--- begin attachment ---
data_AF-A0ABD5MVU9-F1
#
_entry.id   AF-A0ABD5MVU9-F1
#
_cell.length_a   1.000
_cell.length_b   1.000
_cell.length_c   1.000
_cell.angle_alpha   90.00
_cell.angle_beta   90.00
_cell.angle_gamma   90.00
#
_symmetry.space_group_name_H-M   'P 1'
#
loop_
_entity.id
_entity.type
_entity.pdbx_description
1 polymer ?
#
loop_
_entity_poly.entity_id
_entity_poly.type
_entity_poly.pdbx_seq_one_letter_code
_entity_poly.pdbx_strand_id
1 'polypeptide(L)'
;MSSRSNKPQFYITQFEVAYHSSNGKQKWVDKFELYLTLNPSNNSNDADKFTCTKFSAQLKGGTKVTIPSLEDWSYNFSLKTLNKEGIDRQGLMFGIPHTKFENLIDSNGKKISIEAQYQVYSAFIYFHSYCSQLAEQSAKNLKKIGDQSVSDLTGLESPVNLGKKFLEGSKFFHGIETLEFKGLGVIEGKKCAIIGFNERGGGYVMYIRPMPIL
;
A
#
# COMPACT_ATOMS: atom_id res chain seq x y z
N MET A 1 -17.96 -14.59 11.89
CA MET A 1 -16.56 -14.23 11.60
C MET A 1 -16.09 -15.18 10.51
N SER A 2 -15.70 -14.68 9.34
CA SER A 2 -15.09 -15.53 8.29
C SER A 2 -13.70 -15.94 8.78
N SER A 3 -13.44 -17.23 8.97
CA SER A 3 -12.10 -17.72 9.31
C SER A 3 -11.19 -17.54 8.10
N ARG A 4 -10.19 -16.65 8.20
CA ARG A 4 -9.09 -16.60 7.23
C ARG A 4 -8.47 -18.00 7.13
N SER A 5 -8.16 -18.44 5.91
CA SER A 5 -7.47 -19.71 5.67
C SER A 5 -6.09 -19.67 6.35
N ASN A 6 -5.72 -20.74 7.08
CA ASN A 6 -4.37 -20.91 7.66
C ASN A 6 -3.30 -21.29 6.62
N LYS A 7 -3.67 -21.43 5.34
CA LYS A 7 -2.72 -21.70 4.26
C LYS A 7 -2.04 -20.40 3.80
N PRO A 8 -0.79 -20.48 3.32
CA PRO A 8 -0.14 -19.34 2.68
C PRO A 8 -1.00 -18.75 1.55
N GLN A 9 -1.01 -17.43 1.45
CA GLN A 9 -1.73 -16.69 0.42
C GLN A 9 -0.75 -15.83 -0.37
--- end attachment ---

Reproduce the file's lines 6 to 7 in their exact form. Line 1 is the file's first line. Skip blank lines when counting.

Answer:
_cell.length_b   1.000
_cell.length_c   1.000